Canada’s unemployment rate in October fell to 6.5% from 6.8% in September, with private-sector employers hiring more as they prepare for growing demand from the United States, the country’s largest trading partner.
According to Statistics Canada, October saw the addition of 43,100 net jobs. Royal Bank of Canada economists had predicted a 5,000 decline after September’s strong 74,100 gain.
Following two successive months of strong net job gains, Canada’s unemployment is now at a six-year low.
Compared to October 2013, employment increased by 182,000 (+1%), with two thirds of that growth posted in September and October 2014.
In October 2014, part-time employment increased by 101,000 (+3%) and full-time by 81,000 (+0.6%) compared to October 2013, while the number of hours worked rose by +0.4%.
All October’s 44,000 job gains were for the 25 to 54 age group, with 36,000 of this increase among women.
The unemployment rate for women aged 25 to 54 stayed unchanged at 5.1% because there were more of them in the labor market.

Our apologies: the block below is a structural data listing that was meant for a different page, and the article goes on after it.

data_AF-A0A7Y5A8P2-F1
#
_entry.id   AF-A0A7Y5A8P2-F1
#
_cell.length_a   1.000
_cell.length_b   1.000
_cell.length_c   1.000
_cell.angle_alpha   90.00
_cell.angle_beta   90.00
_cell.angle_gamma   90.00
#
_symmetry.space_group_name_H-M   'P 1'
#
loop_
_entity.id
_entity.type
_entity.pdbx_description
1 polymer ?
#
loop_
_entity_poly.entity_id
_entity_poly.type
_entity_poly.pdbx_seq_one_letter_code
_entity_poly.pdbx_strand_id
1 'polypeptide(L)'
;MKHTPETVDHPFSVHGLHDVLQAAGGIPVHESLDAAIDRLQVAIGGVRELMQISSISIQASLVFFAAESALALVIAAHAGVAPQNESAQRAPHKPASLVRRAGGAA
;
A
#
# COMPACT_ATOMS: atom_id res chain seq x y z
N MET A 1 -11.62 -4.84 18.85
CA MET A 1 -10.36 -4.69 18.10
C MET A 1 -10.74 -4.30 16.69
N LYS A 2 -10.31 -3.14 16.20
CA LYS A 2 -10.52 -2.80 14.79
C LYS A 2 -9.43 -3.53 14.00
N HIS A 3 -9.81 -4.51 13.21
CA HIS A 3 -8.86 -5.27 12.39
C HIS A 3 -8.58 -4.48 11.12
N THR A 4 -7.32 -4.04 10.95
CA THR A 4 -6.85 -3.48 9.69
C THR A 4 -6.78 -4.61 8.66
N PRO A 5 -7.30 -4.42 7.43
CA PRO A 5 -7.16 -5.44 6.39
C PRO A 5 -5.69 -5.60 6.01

Among men in the 25 to 54 aged group, unemployment stood at 5.8%.
Employment increased in Prince Edward Island, Nova Scotia, Manitoba, and Ontario, but declined in New Brunswick.
While employment surged in educational services, real estate and leasing, manufacturing, insurance, finance, and wholesale trade, it declined in public administration, other services, and natural resources.
(Source: Statistics Canada)
The number of self-employed workers and private sector employees rose in October, but the size of the workforce in the public sector declined.
The total number of people in jobs in the 15 to 24 age group was little changed in October. However, as there were 12.6% fewer youths looking for jobs, this group’s unemployment rate fell 0.9 of a percentage point.
For Canadians aged 55+ years, the unemployment rate was little changed at 5.6% in October.